Twenty-fourth in a series of posts, each one analyzing a single Captain Kirk scene from the Star Trek canon.
Watching Kirk vs. Gorn | “Arena” | Star Trek: The Original Series | Season 1, Episode 18 | January 1967
Even at first glance, the “Arena” episode of Star Trek is a rather odd one. The lion’s share of the action occurs on an (unnamed) blank slate of a planet; the only players are Kirk and the (unnamed) reptilian captain of the Gorn vessel, battling it out in a gladiatorial match to the death. There is something very meta about this scenario. Even more meta, though, is the fact that — much like the show’s audience, which has gathered around TV sets at home — the bridge crew of the Enterprise gathers around their viewscreen in order to catch the action. Surely, in this McLuhanesque scene, the show’s creators signal that they know exactly how and why Star Trek will gain a cult following, particularly in this age of Hunger Games fever. In telling an ongoing story about Kirk — a rugged individual who flaunts not only the too-civilized rules of the Federation but the too-uncivilized rules of the galaxy’s savage denizens — they’re requiring high participation on the part of the audience, who must actively fill in the gaps in the show’s low-res universe. In doing so, they’re encouraging us — like the Enterprise crew — to identify with Kirk. As a result, those of us who have grown up watching Star Trek would all like to think ourselves as Kirk: confident in morality without being aloof, clever in problem-solving without pretension, brave in battle without foolhardiness. On our best days, anyway.
POSTS IN THIS SERIES: Justice or vengeance? by DAFNA PLEBAN | Kirk teaches his drill thrall to kiss by MARK KINGWELL | “KHAAAAAN!” by NICK ABADZIS | “No kill I” by STEPHEN BURT | Kirk browbeats NOMAD by GREG ROWLAND | Kirk’s eulogy for Spock by ZACK HANDLEN | The joke is on Kirk by PEGGY NELSON | Kirk vs. Decker by KEVIN CHURCH | Good Kirk vs. Evil Kirk by ENRIQUE RAMIREZ | Captain Camelot by ADAM MCGOVERN | Koon-ut-kal-if-fee by FLOURISH KLINK | Federation exceptionalism by DAVID SMAY | Wizard fight by AMANDA LAPERGOLA | A million things you can’t have by STEVE SCHNEIDER | Debating in a vacuum by JOSHUA GLENN | Klingon diplomacy by KELLY JEAN FITZSIMMONS | “We… the PEOPLE” by TRAV S.D. | Brinksmanship on the brink by MATTHEW BATTLES | Captain Smirk by ANNIE NOCENTI | Sisko meets Kirk by IAN W. HILL | Noninterference policy by GABBY NICASIO | Kirk’s countdown by PETER BEBERGAL | Kirk’s ghost by MATT GLASER | Watching Kirk vs. Gorn by JOE ALTERIO | How Spock wins by ANNALEE NEWITZ
SCIENCE FICTION ON HILOBROW Peggy Nelson on William Shatner as HiLo Hero | Greg Rowland on Leonard Nimoy as HiLo Hero | Peggy Nelson on William Shatner in Incubus | Matthew Battles on enlarging the Trek fanfic canon | Jack London’s The Scarlet Plague, serialized | Rudyard Kipling’s With the Night Mail, serialized | Arthur Conan Doyle’s The Poison Belt, serialized | H. Rider Haggard’s When the World Shook, serialized | Edward Shanks’ The People of the Ruins, serialized | William Hope Hodgson’s The Night Land, serialized | Radium Age Supermen | Radium Age Robots | Radium Age Apocalypses | Radium Age Telepaths | Radium Age Eco-Catastrophes | Radium Age Cover Art (1) | SF’s Best Year Ever: 1912 | Radium Age Science Fiction Poetry | Enter Highbrowism | Bathybius! Primordial ooze in Radium Age sf | War and Peace Games (H.G. Wells’s training manuals for supermen) | J.D. Beresford | Algernon Blackwood | Edgar Rice Burroughs | Karel Čapek | Buster Crabbe | August Derleth | Arthur Conan Doyle | Charlotte Perkins Gilman | Hermann Hesse | Aldous Huxley | Inez Haynes Irwin | Alfred Jarry | Jack Kirby (Radium Age sf’s influence on) | Gaston Leroux | David Lindsay | Jack London | H.P. Lovecraft | A. Merritt | Maureen O’Sullivan | Sax Rohmer | Paul Scheerbart | Upton Sinclair | Clark Ashton Smith | E.E. “Doc” Smith | Olaf Stapledon | John Taine | H.G. Wells | Jack Williamson | Stanisław Ignacy Witkiewicz | S. Fowler Wright | Philip Gordon Wylie | Yevgeny Zamyatin | AND LOTS MORE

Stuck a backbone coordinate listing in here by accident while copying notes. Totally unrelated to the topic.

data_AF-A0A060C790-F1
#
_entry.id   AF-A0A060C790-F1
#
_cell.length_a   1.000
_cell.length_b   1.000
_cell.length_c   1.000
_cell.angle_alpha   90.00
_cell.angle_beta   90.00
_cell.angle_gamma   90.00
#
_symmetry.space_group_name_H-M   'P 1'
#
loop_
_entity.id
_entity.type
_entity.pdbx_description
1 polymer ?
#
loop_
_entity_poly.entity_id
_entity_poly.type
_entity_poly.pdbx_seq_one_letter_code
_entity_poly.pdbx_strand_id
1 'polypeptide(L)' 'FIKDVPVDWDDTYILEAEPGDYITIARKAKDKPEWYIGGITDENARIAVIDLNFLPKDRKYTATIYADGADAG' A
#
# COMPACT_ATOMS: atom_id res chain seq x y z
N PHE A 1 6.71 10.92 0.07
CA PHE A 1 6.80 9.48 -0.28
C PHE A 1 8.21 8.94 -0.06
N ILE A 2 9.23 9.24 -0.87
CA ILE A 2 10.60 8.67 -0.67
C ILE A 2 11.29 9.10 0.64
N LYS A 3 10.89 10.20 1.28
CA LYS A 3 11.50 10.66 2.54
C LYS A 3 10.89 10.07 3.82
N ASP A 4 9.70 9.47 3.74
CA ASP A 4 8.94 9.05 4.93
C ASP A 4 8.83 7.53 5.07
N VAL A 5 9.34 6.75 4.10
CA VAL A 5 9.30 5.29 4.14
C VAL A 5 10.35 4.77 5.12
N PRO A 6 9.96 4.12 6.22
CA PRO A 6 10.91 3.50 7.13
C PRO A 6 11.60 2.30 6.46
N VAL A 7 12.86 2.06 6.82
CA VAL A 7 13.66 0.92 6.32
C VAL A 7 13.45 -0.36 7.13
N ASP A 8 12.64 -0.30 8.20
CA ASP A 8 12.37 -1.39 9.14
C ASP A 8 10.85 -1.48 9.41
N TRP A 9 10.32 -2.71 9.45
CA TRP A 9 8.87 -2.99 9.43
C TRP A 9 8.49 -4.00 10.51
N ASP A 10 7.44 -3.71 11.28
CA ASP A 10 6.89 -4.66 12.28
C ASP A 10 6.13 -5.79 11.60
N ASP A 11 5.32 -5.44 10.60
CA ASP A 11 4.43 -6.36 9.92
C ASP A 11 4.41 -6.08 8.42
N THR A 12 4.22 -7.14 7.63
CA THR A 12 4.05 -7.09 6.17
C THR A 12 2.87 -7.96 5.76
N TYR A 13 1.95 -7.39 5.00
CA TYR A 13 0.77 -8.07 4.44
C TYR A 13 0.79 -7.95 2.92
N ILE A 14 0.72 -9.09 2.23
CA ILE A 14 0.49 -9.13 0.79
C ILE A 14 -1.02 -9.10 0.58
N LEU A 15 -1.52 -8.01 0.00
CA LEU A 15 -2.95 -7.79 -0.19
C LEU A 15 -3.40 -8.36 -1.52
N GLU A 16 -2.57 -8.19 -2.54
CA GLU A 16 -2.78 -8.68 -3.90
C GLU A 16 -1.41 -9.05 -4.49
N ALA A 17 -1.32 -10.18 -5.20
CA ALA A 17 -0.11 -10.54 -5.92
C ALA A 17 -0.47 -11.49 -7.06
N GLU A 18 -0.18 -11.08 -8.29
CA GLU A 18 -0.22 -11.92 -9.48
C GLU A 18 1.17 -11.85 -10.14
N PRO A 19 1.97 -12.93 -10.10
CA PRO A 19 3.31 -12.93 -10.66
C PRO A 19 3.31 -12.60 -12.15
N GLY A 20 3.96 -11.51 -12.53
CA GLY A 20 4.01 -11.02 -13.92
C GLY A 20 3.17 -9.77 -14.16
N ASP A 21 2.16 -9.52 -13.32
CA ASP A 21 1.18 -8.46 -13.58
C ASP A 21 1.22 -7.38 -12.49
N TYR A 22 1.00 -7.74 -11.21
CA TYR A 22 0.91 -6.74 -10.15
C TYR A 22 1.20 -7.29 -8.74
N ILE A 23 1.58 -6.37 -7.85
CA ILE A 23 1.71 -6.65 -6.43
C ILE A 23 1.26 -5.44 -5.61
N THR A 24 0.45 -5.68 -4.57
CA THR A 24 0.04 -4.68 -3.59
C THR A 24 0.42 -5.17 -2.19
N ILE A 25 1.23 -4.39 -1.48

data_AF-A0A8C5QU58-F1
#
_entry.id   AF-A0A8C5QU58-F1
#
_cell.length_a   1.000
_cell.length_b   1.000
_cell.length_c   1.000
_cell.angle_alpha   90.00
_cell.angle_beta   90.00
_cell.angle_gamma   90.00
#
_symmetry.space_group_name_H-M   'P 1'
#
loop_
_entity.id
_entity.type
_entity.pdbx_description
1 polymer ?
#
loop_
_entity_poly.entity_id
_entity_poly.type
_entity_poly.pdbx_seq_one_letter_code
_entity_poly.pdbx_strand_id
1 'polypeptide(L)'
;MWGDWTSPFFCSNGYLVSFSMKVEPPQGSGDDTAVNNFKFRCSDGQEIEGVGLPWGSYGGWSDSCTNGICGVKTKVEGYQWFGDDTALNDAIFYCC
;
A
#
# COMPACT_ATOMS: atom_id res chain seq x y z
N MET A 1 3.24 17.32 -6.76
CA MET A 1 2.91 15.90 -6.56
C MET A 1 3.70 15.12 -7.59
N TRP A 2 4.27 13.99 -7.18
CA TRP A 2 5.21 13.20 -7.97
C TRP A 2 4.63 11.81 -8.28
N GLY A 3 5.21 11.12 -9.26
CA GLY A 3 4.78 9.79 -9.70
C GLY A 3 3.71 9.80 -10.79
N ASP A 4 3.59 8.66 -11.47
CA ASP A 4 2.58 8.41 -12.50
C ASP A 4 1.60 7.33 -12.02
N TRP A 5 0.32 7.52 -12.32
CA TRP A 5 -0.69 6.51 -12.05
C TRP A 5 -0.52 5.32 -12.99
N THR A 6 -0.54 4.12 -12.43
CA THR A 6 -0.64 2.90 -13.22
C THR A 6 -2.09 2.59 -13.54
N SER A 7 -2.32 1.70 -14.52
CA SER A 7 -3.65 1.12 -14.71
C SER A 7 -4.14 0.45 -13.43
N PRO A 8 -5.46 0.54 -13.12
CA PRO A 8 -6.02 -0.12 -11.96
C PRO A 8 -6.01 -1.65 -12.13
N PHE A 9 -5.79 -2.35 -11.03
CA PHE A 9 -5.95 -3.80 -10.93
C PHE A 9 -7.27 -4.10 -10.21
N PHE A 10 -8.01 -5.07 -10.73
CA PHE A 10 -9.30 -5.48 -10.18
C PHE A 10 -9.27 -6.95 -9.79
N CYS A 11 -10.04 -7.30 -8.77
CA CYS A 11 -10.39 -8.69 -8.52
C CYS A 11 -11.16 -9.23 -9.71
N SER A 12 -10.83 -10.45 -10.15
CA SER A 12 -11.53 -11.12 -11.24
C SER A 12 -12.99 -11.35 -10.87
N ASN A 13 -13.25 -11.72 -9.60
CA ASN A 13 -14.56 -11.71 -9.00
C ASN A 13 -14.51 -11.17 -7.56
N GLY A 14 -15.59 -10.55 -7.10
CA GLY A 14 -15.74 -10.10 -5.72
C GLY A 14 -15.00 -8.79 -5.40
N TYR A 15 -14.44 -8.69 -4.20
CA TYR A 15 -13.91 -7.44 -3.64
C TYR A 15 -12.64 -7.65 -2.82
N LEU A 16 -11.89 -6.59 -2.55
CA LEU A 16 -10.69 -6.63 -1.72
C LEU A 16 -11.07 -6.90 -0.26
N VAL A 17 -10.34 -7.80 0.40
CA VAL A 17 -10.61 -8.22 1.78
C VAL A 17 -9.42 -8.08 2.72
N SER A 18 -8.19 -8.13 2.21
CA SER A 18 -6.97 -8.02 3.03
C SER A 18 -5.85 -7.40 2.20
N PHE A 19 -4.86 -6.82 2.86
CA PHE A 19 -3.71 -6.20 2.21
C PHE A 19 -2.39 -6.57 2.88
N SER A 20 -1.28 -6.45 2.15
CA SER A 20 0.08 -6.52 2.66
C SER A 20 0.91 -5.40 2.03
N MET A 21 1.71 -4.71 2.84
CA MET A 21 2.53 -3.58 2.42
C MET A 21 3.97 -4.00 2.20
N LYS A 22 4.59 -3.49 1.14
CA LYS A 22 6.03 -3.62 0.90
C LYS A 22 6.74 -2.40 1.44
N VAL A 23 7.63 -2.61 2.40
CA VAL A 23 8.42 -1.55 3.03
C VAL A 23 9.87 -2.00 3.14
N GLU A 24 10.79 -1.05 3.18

CHECK OUT HILOBOOKS: In 2012-13, HiLobrow is serializing ten overlooked works of science fiction from the genre’s (1904-33) Radium Age; and HiLoBooks is publishing them in paperback! Here are the first six titles: Jack London’s The Scarlet Plague (in May, Introduction by Matthew Battles; PURCHASE NOW), Rudyard Kipling’s With the Night Mail and “As Easy as A.B.C.” (in June, Introduction by Matthew De Abaitua and Afterword by Bruce Sterling; PURCHASE NOW), Arthur Conan Doyle’s The Poison Belt (in August, Introduction by Joshua Glenn and Afterword by Gordon Dahlquist; PURCHASE NOW), H. Rider Haggard’s When the World Shook (in October, Introduction by James Parker; PURCHASE NOW), Edward Shanks’ The People of the Ruins (in November, Introduction by Tom Hodgkinson; PURCHASE NOW), and William Hope Hodgson’s The Night Land (in April 2013, Afterword by Erik Davis; PURCHASE NOW).